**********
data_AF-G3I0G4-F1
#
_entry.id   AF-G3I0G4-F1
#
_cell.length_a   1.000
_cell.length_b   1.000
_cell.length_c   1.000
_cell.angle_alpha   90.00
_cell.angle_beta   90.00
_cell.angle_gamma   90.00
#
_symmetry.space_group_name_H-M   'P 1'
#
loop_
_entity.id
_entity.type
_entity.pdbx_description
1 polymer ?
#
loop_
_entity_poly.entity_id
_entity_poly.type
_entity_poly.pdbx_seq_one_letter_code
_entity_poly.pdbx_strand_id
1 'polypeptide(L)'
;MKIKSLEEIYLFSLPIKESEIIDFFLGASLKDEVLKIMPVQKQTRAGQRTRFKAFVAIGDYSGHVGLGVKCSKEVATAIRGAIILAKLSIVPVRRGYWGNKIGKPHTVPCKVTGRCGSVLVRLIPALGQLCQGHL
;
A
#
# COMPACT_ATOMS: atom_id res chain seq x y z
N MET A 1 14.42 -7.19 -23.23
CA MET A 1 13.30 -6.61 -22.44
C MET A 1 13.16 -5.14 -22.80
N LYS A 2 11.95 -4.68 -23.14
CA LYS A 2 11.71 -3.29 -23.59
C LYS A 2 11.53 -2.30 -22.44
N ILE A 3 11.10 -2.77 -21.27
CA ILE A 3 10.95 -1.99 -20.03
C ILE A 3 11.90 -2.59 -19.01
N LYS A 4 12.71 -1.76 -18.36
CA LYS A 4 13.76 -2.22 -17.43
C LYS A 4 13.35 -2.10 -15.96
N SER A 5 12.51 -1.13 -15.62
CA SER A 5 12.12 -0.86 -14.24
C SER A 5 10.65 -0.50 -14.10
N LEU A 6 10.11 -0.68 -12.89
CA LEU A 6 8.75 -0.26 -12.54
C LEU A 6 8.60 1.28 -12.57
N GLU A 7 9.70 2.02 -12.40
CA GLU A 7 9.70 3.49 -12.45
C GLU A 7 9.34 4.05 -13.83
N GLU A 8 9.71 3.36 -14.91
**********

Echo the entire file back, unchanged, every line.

data_AF-G3I0G4-F1
#
_entry.id   AF-G3I0G4-F1
#
_cell.length_a   1.000
_cell.length_b   1.000
_cell.length_c   1.000
_cell.angle_alpha   90.00
_cell.angle_beta   90.00
_cell.angle_gamma   90.00
#
_symmetry.space_group_name_H-M   'P 1'
#
loop_
_entity.id
_entity.type
_entity.pdbx_description
1 polymer ?
#
loop_
_entity_poly.entity_id
_entity_poly.type
_entity_poly.pdbx_seq_one_letter_code
_entity_poly.pdbx_strand_id
1 'polypeptide(L)'
;MKIKSLEEIYLFSLPIKESEIIDFFLGASLKDEVLKIMPVQKQTRAGQRTRFKAFVAIGDYSGHVGLGVKCSKEVATAIRGAIILAKLSIVPVRRGYWGNKIGKPHTVPCKVTGRCGSVLVRLIPALGQLCQGHL
;
A
#
# COMPACT_ATOMS: atom_id res chain seq x y z
N MET A 1 14.42 -7.19 -23.23
CA MET A 1 13.30 -6.61 -22.44
C MET A 1 13.16 -5.14 -22.80
N LYS A 2 11.95 -4.68 -23.14
CA LYS A 2 11.71 -3.29 -23.59
C LYS A 2 11.53 -2.30 -22.44
N ILE A 3 11.10 -2.77 -21.27
CA ILE A 3 10.95 -1.99 -20.03
C ILE A 3 11.90 -2.59 -19.01
N LYS A 4 12.71 -1.76 -18.36
CA LYS A 4 13.76 -2.22 -17.43
C LYS A 4 13.35 -2.10 -15.96
N SER A 5 12.51 -1.13 -15.62
CA SER A 5 12.12 -0.86 -14.24
C SER A 5 10.65 -0.50 -14.10
N LEU A 6 10.11 -0.68 -12.89
CA LEU A 6 8.75 -0.26 -12.54
C LEU A 6 8.60 1.28 -12.57
N GLU A 7 9.70 2.02 -12.40
CA GLU A 7 9.70 3.49 -12.45
C GLU A 7 9.34 4.05 -13.83
N GLU A 8 9.71 3.36 -14.91